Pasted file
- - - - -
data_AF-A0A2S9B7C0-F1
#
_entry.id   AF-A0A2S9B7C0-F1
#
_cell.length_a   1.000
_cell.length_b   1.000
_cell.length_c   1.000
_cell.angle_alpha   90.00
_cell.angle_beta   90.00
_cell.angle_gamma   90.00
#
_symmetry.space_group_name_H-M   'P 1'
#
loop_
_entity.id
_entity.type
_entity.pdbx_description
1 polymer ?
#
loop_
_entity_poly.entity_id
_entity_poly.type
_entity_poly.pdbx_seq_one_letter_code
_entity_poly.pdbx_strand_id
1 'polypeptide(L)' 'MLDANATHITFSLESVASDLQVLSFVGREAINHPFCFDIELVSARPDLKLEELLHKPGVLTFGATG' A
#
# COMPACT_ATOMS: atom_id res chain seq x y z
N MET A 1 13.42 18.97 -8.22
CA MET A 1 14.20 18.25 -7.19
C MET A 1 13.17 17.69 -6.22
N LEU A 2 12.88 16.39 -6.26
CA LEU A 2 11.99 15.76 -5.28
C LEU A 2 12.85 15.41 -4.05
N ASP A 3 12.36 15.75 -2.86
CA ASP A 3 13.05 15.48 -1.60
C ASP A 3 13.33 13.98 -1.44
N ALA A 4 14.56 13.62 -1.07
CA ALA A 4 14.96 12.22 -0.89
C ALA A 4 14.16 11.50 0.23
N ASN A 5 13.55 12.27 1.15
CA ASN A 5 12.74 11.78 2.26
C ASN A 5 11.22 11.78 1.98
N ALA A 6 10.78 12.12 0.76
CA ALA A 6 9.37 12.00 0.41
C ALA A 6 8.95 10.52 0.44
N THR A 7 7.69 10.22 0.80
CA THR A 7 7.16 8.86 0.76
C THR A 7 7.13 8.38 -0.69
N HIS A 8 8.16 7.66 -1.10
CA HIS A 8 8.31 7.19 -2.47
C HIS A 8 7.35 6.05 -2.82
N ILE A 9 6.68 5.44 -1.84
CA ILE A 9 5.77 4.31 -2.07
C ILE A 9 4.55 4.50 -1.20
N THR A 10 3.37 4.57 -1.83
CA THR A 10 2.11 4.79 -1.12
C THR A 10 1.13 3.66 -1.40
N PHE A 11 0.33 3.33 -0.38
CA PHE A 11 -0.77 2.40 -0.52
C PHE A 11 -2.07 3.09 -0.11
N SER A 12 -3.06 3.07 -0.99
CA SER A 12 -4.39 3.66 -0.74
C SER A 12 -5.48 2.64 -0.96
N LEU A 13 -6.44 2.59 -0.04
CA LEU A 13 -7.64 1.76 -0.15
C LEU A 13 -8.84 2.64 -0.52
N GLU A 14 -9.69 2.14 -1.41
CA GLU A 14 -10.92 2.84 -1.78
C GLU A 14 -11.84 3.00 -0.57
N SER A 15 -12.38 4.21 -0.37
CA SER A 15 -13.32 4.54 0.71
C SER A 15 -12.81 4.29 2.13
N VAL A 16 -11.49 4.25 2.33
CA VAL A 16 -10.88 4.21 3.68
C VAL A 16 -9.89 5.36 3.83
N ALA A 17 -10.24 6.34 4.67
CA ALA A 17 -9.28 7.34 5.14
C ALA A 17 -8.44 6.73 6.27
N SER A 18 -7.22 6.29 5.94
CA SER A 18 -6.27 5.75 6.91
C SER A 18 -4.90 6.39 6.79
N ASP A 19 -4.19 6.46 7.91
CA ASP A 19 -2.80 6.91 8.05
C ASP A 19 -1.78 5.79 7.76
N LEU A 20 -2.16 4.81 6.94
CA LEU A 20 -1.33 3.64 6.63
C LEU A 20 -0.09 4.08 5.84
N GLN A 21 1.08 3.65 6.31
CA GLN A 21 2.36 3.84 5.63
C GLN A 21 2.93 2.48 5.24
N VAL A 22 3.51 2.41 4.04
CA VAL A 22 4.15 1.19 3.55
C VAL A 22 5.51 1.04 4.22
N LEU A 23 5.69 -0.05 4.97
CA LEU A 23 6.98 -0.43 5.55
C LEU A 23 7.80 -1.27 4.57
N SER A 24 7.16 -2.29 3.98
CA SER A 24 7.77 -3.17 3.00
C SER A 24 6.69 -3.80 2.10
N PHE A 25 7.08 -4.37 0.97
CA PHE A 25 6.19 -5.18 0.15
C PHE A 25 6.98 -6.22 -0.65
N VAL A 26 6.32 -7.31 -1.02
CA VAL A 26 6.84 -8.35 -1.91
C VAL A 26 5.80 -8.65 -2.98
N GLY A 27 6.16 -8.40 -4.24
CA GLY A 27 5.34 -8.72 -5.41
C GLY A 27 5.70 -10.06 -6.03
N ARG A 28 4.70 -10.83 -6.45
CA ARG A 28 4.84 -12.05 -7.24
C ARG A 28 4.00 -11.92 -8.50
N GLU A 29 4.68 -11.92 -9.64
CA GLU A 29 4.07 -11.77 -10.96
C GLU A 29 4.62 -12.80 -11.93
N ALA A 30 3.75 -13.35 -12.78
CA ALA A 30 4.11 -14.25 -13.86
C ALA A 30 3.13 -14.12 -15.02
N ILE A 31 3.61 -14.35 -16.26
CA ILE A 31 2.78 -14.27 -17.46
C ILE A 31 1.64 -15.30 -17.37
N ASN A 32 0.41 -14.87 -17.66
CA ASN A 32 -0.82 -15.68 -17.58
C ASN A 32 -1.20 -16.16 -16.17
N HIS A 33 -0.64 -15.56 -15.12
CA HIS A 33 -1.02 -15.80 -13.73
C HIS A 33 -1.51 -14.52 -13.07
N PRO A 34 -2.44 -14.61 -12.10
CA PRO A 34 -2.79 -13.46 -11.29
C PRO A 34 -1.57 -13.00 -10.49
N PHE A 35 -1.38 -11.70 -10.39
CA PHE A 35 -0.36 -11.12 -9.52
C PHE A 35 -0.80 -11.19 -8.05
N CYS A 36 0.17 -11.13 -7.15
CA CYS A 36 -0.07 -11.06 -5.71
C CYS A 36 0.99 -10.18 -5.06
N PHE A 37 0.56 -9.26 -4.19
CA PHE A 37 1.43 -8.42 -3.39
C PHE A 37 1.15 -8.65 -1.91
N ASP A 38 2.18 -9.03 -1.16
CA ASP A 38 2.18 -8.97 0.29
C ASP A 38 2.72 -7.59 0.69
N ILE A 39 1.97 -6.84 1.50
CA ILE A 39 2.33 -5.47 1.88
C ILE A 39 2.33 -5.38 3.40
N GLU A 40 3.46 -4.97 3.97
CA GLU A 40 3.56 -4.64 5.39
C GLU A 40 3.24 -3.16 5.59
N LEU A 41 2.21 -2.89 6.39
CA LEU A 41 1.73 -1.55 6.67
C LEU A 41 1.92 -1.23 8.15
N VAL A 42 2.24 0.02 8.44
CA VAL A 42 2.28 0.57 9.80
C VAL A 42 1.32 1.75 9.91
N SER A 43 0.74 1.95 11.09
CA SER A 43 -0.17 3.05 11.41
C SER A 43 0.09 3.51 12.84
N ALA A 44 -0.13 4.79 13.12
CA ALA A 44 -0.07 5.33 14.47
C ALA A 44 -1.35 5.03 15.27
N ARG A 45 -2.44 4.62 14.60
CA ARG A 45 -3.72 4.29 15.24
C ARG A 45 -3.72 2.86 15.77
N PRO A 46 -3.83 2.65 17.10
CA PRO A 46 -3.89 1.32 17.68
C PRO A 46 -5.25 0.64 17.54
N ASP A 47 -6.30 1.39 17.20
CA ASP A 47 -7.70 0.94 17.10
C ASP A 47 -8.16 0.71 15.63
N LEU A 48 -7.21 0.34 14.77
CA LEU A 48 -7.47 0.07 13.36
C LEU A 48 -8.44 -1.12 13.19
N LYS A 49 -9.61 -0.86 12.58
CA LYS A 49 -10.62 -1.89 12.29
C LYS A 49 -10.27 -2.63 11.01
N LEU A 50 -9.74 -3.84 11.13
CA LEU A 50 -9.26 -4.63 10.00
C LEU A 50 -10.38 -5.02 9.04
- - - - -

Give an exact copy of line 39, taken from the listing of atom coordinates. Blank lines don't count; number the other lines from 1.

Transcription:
C ALA A 4 14.16 11.50 0.23